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The Role of Consultants for Every Business Stage

Every business owner and executive comes to the realization and fear that they don’t know what they don’t know at some point in the game.  To leap beyond this fundamental hurdle, wise leaders lean on experts to help fill in the gap.  Experts such as CPAs, attorneys, bankers, mentors, and consultants are routinely sought by successful business owners for guidance, advice, and support that can be promptly made effective.  Gaps in business are essentially analyzed to determine the best, quickest, simplest, or most cost-effective solution, which is then developed and finally implemented by consultants in various niches every minute of the day.
Consulting is a big industry for a reason. Businesses have a high risk of failure. Failure is easy, and failure is hard.  With the assistance of a consultant, businesses have a much better chance of survival.  Let’s take a look at how consulting can work at every stage of a company.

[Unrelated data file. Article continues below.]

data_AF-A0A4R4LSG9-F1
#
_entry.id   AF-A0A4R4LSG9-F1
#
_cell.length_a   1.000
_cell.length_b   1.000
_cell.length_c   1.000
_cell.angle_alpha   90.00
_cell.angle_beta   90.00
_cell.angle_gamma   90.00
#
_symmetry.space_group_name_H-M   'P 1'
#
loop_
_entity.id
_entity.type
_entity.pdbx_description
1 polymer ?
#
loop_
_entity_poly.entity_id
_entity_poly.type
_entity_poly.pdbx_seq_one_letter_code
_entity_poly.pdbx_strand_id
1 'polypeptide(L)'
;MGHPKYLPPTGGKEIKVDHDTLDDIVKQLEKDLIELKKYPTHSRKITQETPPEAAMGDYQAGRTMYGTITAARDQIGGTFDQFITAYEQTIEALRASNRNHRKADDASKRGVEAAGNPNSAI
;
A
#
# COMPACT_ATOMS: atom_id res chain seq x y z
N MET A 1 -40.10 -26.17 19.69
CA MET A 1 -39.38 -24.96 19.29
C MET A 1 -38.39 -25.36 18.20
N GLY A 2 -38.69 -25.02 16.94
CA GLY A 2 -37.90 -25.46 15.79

Start-up / Pre-revenue
This stage of a business is filled with passion and dreams.  The owner is typically a technician within the industry breaking free from the constraints of their boss or is a dreamer of great things in general.  Problems arise when the many components of running a business the right way interfere and bog down this solopreneur. Seemingly simple, but highly important, responsibilities such as accounting, operations, and marketing can quickly overwhelm and lead to failure.
Bringing in a consultant at this stage or prior to start up can save the solopreneur from a tremendous amount of stress. The consultant can walk the owner through the hurdles of business with ease and experience.  Establishing systems, creating procedures, and building plans for sales and marketing will prepare the busy start-up for successful growth through to the small business phase.
Mom & Pop Shop